Who was Bessie Coleman?
Bessie Coleman was a pilot. When she was born in January 1892, it was several years before the Wright brothers even began to explore the possibility of flight. For Bessie, as a child, human flight was simply an unknown.
And yet she became a well-known pilot – the first woman of African-American descent to do so.
When she was older, and when flying was in its infancy, Bessie knew that this was what she wanted to do. She applied to several flying schools but was turned down because of her sex and her race.
Although the first woman to hold a pilot’s licence in America was Harriet Quimby in 1911, there was still a great deal of prejudice in the aviation world. It was seen as being the domain of men – white ones.
She was obliged to train in France, where female aviators were looked on with more understanding. She returned to the States in 1922 she did so as the only licenced black woman pilot in the world.
Making a living out of flying was the next hurdle
But who would employ her? In truth, there were few job vacancies for any pilots in those days and most made their living as travelling ‘barnstormers’ performing exhibition flights at fairs and carnivals. So this was what Bessie chose to do. She travelled the country performing and lecturing. It was her ambition to start a flying school (which would accept people of any gender or race) and worked hard to save money to achieve her goal.
She never shirked from making her feelings known. For example, she was once asked to fly at an air show where there were two entrances and two – one for blacks and one for whites. She refused to take part.
In April 1926, she arrived in Florida to take part in an air show. She had planned to hire a plane once she arrived. But she found that no-one would rent, lend or even sell an aircraft to a black woman.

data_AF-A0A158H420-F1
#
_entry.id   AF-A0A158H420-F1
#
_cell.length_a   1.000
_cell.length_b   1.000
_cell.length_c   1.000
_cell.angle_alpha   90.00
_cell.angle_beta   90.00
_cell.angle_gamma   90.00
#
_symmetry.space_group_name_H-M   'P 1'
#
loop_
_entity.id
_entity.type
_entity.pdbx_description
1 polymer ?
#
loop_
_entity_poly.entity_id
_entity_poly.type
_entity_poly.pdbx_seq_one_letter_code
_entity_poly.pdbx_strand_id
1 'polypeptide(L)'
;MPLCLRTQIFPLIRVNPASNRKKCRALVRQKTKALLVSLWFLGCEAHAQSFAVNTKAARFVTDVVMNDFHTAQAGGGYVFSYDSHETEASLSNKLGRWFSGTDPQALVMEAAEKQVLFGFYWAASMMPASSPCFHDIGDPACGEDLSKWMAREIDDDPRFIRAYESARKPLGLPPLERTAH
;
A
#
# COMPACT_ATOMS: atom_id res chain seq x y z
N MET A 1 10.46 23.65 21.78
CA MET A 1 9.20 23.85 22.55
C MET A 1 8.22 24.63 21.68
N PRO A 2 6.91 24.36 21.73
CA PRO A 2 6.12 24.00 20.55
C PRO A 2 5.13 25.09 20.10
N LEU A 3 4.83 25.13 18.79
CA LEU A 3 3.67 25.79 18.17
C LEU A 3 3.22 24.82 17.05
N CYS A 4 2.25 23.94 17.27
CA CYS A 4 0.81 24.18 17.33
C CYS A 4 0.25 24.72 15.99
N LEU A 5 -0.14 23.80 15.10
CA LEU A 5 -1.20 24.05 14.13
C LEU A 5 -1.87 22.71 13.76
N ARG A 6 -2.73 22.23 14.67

She contacted her publicity manager, mechanic and sometime co-pilot, William Wills, and he found a rather battered ex-WW1 plane that he flew to Florida for her to use. He had to land twice on the journey because of engine problems.
On April 30th, 1926, the pair took off from Paxon Field at about 7.30 am to practice for the show the following day. Bessie wasn’t wearing a seatbelt because she was planning to do a parachute jump at the show and wanted to be able to look out over the plane at the ground below.
She was studying the area and looking out for suitable landing grounds. She would not have been able to do that had she been wearing a seat belt.
When the plane suddenly nose-dived she was thrown out and died on impact. Wills couldn’t control the plane and he too was killed when it plummeted to the ground.
The cause of the crash could not be investigated because the evidence was destroyed by a careless cigarette. An official attending the accident tossed away a cigarette butt that caused the plane – and Wills’ body – to be consumed by fire.
It was suspected however that a wrench had jammed into one of the plane’s instruments or controls.
Newspaper reporting in 1926
When I was looking into this story, I was surprised to see how strange newspaper reporting was back in those days.
You can see an example on the left.
You can see how Bessie was described in the headline. Surprisingly, the newspaper saw fit to point out in the sub-heading that her co-pilot was white. In capital letters.
Bessie was only mentioned once by name – thereafter she was referred to as ‘the woman’. Note that William Wills is referred to several times by his name and not referred to as ‘the man’. It is me or is there a somewhat condescending tone in the first sentence where it reads ‘Bessie Coleman was said to be….’
The final sentence seems to imply too that it was Bessie’s own fault that she fell from the plane. It could of course be argued that when the report was written, it was not then known that she wasn’t wearing a seat belt because she was looking out for suitable landing places for her intended parachute jump.
However,it may be that even had she been wearing it, the same might have happened.Contemporary reports claim that the aircraft was in very poor condition mechanically so it’s easy to assume that the seat belts were too.
In 1992, Mae Jemison became the first African-American woman in space. She took several small pieces of West African art objects to demonstrate that space belonged to everyone.
She also took with her a photograph of Bessie Coleman.
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